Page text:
In this part in our series on tools, we’ll be going over routers. While it may not be a tool that you will ever need to use personally, I’m willing to bet you can find many things in your home that were created with the use of a router.
How it works
A router is actually a very simple power tool. It’s basically a strong electric motor with handles. Much like a drill, there are bits that attach to the motor. However, instead of being used to drill a hole through wood, a router is used to carve or shape the edges of wood, or cut grooves in the surface of wood. There is also an adjustable collar to change the depth of the bit. See the grooves in this cutting board, and angled edge of the other? Both done with a router.
There are multiple bits you can use in a router, depending on what type of groove or edge you’re trying to make. They come in many different shapes, and you can buy them in sets or single bits. Each bit also comes with a little picture that shows what type of groove or edge they create.
The most interesting thing about routers is that they can be used by hand, or mounted to a router table. When mounted to a table the router is attached upside down, so the bit faces up. The router bit stays stationary, and the piece of wood you are carving is moved by hand. This gives you a bit more control, especially when working with small pieces of wood.
When to use it
If you want to become an old school craftsman, or even take up woodworking as a hobby, you’ll eventually use a router. Besides those cutting board edges, routers are also used in making cabinet doors, wooden boxes with dado or dovetail joints, lots of stuff. I’m not much of a crafstman personally, so I’ve only used my router for two projects. 1) When I built the work bench in my garage, I used my router to give the piece of plywood I used for the work surface a nice clean edge. 2) I completely mangled and destroyed the small bits of wood I intended to turn into a picture frame for my wife.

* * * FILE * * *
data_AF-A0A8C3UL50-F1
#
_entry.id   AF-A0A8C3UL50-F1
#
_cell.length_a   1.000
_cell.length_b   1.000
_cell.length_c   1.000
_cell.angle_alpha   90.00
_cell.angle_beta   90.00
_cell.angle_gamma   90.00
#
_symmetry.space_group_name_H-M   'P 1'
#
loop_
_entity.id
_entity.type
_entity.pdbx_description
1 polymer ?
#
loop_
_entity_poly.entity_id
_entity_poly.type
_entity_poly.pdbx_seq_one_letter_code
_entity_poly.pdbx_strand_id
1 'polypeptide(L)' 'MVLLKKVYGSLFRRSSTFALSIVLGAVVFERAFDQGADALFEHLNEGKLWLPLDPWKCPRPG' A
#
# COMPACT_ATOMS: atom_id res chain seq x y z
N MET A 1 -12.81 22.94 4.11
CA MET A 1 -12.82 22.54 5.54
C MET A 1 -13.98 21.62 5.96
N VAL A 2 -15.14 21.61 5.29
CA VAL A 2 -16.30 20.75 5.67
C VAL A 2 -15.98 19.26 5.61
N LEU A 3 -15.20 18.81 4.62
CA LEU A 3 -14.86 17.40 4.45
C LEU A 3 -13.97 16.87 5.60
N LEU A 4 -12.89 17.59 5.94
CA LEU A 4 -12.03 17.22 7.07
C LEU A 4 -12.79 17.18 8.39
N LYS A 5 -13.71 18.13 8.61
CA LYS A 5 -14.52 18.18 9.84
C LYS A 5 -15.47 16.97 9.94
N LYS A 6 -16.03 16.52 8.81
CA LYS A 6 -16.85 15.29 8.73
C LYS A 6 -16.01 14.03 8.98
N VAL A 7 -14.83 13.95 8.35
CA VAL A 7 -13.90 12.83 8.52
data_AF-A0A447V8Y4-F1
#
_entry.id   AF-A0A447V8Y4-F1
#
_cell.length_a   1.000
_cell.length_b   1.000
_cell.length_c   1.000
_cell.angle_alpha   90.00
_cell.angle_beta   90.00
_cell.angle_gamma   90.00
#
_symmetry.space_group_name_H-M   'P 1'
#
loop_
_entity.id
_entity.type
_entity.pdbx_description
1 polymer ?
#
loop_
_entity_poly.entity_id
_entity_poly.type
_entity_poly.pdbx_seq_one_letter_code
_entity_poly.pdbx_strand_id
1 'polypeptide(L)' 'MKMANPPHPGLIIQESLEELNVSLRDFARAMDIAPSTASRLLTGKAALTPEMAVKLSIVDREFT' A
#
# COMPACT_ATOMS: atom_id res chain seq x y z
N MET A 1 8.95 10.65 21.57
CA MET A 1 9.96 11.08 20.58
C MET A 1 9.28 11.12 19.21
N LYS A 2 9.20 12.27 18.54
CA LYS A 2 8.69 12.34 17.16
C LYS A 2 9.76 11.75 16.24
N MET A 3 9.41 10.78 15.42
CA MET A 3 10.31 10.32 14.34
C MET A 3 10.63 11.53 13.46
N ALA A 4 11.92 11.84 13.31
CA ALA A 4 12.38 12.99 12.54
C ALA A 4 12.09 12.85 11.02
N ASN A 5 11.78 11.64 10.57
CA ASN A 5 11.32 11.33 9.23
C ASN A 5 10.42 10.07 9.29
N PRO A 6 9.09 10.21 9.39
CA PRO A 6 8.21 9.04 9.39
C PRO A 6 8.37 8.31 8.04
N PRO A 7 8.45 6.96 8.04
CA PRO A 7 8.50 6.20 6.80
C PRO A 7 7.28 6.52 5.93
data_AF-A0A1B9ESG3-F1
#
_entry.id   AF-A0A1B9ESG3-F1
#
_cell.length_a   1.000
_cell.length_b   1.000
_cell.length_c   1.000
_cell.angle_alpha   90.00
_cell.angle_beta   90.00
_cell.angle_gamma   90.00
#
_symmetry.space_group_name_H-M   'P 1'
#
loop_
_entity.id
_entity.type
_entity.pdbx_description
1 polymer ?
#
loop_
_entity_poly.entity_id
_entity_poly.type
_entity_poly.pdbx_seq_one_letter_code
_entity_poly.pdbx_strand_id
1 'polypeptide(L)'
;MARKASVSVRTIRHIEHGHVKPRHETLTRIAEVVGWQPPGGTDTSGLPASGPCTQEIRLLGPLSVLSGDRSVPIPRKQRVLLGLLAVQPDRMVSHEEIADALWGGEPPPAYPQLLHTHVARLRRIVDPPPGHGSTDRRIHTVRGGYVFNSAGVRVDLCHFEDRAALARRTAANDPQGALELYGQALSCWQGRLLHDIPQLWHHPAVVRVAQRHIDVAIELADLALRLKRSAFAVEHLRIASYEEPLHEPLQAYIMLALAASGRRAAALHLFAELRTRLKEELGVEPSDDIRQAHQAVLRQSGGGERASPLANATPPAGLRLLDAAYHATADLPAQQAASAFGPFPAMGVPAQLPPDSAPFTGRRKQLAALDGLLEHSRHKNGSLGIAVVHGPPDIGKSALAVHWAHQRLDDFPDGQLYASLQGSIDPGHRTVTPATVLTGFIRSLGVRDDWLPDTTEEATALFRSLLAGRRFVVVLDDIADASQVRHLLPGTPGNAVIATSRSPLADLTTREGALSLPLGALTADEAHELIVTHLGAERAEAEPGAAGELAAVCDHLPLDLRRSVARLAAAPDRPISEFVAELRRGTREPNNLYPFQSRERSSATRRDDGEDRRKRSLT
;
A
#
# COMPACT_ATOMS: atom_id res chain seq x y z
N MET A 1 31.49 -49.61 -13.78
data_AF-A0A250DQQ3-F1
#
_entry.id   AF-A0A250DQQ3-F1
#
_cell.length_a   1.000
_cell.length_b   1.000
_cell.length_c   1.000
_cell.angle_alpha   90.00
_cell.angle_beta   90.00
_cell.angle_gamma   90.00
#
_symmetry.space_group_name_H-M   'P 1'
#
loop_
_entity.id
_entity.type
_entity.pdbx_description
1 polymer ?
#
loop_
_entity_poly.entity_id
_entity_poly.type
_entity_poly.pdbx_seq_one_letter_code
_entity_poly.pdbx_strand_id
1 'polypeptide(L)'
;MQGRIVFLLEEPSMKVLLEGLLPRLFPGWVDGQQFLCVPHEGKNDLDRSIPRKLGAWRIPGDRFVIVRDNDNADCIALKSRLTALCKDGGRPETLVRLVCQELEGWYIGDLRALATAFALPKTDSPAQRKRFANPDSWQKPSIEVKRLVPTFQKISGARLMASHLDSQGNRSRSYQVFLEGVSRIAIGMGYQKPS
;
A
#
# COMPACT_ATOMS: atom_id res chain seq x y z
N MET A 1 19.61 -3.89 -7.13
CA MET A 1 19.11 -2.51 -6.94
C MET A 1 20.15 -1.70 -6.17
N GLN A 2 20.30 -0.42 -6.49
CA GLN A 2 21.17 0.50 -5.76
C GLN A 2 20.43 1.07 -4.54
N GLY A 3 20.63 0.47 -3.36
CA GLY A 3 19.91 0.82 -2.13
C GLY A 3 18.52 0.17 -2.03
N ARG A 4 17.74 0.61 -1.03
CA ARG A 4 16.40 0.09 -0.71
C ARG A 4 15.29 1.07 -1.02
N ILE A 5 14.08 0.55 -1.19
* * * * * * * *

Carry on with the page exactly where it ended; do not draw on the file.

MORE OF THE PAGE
You could also use it to make one of these snazzy lap desks:
Or smooth the edges of that Adirondack chair you made from a pallet. Really and truly, there are as many uses for a router as there are ideas for building things with your own two hands and pieces of tree. As a side note, if you ever have the chance to pick up one of these “build your own furniture” books from the 50’s or 60’s, I highly recommend you do so. They have some cool ideas and lots of great instructions about building things that would cost considerably more if you bought them.
Do you need one?
Do you have a workshop, garage, or other place you don’t mind having wood chips flung around everywhere? Do you plan on taking woodworking up as a hobby? Do you have $100 or to spend on an extra tool? If you answered no to any of these questions, then you don’t need a router.
To be perfectly honest, I’m a pretty handy guy, and the only reason I own a router is because my father-in-law gave me his when he was cleaning out his garage. He’s a pretty handy guy, and he never really used it either.
What to look for when buying one
If your project calls for a router, then start looking at yard sales, pawn shops, and Craigslist. Until you’re really ready to commit to woodworking, there is no need to pay full price for a new router. Chances are very good that you can pick up one that was only used a few times. My yard sale is next Saturday…